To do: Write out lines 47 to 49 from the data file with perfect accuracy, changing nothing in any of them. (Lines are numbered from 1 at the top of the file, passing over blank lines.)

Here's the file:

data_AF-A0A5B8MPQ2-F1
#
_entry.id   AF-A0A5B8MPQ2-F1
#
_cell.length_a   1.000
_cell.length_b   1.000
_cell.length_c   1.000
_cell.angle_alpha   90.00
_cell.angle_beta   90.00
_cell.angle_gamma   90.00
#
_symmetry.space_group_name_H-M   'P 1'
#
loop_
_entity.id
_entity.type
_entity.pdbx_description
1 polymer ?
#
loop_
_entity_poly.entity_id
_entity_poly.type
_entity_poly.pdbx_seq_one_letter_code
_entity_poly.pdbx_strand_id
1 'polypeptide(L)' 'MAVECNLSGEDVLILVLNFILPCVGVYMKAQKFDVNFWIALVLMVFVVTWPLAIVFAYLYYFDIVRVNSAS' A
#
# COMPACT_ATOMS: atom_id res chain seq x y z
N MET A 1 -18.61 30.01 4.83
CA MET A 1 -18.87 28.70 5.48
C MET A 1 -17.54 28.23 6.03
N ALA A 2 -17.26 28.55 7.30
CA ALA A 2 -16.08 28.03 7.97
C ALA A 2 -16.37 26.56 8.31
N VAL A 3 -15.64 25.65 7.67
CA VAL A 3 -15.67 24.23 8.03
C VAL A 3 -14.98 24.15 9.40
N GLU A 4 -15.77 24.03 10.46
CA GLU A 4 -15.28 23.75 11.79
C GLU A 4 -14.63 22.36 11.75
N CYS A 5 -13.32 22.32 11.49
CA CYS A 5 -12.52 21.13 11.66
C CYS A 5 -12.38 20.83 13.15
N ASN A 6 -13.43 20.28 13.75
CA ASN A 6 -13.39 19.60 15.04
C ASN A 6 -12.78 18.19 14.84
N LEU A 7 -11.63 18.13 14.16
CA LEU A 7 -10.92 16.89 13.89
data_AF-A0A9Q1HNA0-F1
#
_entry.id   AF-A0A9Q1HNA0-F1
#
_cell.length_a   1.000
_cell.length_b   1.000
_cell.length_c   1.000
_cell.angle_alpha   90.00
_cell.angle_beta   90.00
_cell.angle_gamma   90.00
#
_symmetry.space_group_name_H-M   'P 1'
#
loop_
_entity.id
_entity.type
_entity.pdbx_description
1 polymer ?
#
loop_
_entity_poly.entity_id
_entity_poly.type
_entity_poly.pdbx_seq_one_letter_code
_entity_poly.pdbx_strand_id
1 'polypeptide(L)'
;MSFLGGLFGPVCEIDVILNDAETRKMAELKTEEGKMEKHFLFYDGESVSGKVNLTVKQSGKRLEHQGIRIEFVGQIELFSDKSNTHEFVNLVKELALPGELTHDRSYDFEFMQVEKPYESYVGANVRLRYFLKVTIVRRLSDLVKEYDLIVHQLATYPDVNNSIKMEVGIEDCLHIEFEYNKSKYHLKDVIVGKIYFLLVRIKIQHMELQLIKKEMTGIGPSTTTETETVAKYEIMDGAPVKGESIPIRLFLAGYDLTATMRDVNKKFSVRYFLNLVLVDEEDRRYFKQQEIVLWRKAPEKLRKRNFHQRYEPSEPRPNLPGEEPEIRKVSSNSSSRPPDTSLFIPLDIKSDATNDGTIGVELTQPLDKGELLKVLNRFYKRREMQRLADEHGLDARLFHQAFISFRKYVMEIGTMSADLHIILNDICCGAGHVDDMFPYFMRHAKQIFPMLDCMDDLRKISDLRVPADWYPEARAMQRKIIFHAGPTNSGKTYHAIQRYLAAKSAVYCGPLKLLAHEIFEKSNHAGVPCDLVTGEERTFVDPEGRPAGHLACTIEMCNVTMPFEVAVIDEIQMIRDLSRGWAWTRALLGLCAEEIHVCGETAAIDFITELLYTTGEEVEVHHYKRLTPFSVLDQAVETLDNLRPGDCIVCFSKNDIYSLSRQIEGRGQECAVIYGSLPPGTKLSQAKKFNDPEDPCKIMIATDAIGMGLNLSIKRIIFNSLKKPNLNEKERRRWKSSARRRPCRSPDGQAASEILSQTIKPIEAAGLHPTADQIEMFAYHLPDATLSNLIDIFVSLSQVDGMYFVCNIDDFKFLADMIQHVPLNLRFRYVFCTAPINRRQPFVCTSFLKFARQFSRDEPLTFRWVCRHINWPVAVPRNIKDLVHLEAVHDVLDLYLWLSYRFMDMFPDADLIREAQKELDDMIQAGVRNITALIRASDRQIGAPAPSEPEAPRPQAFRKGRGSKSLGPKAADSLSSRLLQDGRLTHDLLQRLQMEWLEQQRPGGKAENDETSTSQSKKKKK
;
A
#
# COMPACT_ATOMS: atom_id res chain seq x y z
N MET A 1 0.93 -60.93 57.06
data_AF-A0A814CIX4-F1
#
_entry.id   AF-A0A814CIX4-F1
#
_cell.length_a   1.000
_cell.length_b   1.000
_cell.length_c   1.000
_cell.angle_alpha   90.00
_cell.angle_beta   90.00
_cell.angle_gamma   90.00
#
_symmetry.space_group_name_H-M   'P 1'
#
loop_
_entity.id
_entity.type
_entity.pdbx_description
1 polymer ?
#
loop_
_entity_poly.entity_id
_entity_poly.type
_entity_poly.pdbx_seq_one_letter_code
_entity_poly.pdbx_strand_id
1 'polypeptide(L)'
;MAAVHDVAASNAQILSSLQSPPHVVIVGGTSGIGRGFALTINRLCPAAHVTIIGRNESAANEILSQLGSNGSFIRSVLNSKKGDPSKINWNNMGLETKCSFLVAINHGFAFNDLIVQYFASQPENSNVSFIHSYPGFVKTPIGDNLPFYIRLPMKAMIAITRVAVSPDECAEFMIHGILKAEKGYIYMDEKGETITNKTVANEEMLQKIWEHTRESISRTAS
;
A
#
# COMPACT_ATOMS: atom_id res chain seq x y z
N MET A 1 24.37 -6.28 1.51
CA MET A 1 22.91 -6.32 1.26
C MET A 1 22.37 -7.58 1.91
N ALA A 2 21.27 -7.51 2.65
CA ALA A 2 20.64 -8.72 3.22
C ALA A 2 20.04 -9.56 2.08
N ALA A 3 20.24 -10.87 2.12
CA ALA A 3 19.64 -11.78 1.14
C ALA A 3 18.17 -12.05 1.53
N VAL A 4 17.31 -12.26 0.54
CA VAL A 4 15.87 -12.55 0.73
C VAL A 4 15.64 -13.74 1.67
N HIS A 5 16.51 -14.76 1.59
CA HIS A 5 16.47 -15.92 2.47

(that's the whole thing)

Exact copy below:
CA LEU A 7 -10.92 16.89 13.89
data_AF-A0A9Q1HNA0-F1
#